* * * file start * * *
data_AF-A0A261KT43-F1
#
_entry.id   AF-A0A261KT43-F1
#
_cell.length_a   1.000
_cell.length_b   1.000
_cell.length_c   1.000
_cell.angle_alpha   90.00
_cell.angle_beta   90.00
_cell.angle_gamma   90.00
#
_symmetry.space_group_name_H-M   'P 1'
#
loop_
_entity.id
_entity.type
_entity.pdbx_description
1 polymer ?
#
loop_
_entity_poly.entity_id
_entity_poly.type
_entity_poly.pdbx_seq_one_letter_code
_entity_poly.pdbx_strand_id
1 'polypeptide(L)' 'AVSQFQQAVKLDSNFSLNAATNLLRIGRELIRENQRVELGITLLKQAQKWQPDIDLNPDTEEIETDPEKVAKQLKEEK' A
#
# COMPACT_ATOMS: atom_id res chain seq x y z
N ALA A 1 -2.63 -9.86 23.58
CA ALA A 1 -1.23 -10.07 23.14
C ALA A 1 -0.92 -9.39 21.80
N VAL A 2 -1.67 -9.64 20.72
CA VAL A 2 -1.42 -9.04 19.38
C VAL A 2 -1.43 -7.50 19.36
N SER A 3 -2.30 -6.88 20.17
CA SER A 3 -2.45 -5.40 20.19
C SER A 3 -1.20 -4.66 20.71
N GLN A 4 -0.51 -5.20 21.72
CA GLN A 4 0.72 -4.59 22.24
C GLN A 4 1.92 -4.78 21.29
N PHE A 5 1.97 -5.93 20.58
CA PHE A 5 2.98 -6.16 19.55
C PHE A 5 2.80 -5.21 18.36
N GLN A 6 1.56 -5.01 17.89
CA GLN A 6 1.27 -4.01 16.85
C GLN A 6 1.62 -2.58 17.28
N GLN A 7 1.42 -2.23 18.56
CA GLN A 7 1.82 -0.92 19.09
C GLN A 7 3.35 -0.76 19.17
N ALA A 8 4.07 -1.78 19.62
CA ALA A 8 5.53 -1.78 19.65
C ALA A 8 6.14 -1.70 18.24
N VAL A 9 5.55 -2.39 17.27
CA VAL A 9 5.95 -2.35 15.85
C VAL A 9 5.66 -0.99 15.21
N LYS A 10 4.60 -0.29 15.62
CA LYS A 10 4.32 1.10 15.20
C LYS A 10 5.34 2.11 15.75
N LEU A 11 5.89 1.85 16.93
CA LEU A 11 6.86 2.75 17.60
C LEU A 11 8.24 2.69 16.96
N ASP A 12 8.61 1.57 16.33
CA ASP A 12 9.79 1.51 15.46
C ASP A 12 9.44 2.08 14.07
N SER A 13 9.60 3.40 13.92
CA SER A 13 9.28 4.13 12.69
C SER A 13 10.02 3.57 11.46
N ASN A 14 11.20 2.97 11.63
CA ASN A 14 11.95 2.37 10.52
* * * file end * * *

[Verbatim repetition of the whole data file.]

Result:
data_AF-A0A261KT43-F1
#
_entry.id   AF-A0A261KT43-F1
#
_cell.length_a   1.000
_cell.length_b   1.000
_cell.length_c   1.000
_cell.angle_alpha   90.00
_cell.angle_beta   90.00
_cell.angle_gamma   90.00
#
_symmetry.space_group_name_H-M   'P 1'
#
loop_
_entity.id
_entity.type
_entity.pdbx_description
1 polymer ?
#
loop_
_entity_poly.entity_id
_entity_poly.type
_entity_poly.pdbx_seq_one_letter_code
_entity_poly.pdbx_strand_id
1 'polypeptide(L)' 'AVSQFQQAVKLDSNFSLNAATNLLRIGRELIRENQRVELGITLLKQAQKWQPDIDLNPDTEEIETDPEKVAKQLKEEK' A
#
# COMPACT_ATOMS: atom_id res chain seq x y z
N ALA A 1 -2.63 -9.86 23.58
CA ALA A 1 -1.23 -10.07 23.14
C ALA A 1 -0.92 -9.39 21.80
N VAL A 2 -1.67 -9.64 20.72
CA VAL A 2 -1.42 -9.04 19.38
C VAL A 2 -1.43 -7.50 19.36
N SER A 3 -2.30 -6.88 20.17
CA SER A 3 -2.45 -5.40 20.19
C SER A 3 -1.20 -4.66 20.71
N GLN A 4 -0.51 -5.20 21.72
CA GLN A 4 0.72 -4.59 22.24
C GLN A 4 1.92 -4.78 21.29
N PHE A 5 1.97 -5.93 20.58
CA PHE A 5 2.98 -6.16 19.55
C PHE A 5 2.80 -5.21 18.36
N GLN A 6 1.56 -5.01 17.89
CA GLN A 6 1.27 -4.01 16.85
C GLN A 6 1.62 -2.58 17.28
N GLN A 7 1.42 -2.23 18.56
CA GLN A 7 1.82 -0.92 19.09
C GLN A 7 3.35 -0.76 19.17
N ALA A 8 4.07 -1.78 19.62
CA ALA A 8 5.53 -1.78 19.65
C ALA A 8 6.14 -1.70 18.24
N VAL A 9 5.55 -2.39 17.27
CA VAL A 9 5.95 -2.35 15.85
C VAL A 9 5.66 -0.99 15.21
N LYS A 10 4.60 -0.29 15.62
CA LYS A 10 4.32 1.10 15.20
C LYS A 10 5.34 2.11 15.75
N LEU A 11 5.89 1.85 16.93
CA LEU A 11 6.86 2.75 17.60
C LEU A 11 8.24 2.69 16.96
N ASP A 12 8.61 1.57 16.33
CA ASP A 12 9.79 1.51 15.46
C ASP A 12 9.44 2.08 14.07
N SER A 13 9.60 3.40 13.92
CA SER A 13 9.28 4.13 12.69
C SER A 13 10.02 3.57 11.46
N ASN A 14 11.20 2.97 11.63
CA ASN A 14 11.95 2.37 10.52